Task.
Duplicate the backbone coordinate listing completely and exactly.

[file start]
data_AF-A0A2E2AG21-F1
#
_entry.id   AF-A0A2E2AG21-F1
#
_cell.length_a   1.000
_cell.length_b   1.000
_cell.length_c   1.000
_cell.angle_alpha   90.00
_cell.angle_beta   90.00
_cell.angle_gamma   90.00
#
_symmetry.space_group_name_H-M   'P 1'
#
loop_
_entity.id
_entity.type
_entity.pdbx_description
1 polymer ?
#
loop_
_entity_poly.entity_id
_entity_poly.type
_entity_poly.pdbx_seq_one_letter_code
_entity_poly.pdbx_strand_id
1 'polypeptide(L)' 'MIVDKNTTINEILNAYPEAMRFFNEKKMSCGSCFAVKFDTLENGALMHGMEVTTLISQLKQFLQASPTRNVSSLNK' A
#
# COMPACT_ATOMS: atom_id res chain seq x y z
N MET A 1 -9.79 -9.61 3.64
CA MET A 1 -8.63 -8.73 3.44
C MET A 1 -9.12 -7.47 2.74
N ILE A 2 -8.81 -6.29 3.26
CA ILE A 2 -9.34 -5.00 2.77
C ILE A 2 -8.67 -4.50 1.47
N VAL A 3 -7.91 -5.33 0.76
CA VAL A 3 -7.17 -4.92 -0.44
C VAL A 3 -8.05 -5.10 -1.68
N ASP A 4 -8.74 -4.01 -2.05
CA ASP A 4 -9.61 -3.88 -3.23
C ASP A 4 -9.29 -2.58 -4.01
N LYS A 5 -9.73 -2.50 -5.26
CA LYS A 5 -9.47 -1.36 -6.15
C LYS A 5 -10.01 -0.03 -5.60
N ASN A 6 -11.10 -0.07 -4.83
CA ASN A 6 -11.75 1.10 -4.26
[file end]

data_AF-A0A2E2AG21-F1
#
_entry.id   AF-A0A2E2AG21-F1
#
_cell.length_a   1.000
_cell.length_b   1.000
_cell.length_c   1.000
_cell.angle_alpha   90.00
_cell.angle_beta   90.00
_cell.angle_gamma   90.00
#
_symmetry.space_group_name_H-M   'P 1'
#
loop_
_entity.id
_entity.type
_entity.pdbx_description
1 polymer ?
#
loop_
_entity_poly.entity_id
_entity_poly.type
_entity_poly.pdbx_seq_one_letter_code
_entity_poly.pdbx_strand_id
1 'polypeptide(L)' 'MIVDKNTTINEILNAYPEAMRFFNEKKMSCGSCFAVKFDTLENGALMHGMEVTTLISQLKQFLQASPTRNVSSLNK' A
#
# COMPACT_ATOMS: atom_id res chain seq x y z
N MET A 1 -9.79 -9.61 3.64
CA MET A 1 -8.63 -8.73 3.44
C MET A 1 -9.12 -7.47 2.74
N ILE A 2 -8.81 -6.29 3.26
CA ILE A 2 -9.34 -5.00 2.77
C ILE A 2 -8.67 -4.50 1.47
N VAL A 3 -7.91 -5.33 0.76
CA VAL A 3 -7.17 -4.92 -0.44
C VAL A 3 -8.05 -5.10 -1.68
N ASP A 4 -8.74 -4.01 -2.05
CA ASP A 4 -9.61 -3.88 -3.23
C ASP A 4 -9.29 -2.58 -4.01
N LYS A 5 -9.73 -2.50 -5.26
CA LYS A 5 -9.47 -1.36 -6.15
C LYS A 5 -10.01 -0.03 -5.60
N ASN A 6 -11.10 -0.07 -4.83
CA ASN A 6 -11.75 1.10 -4.26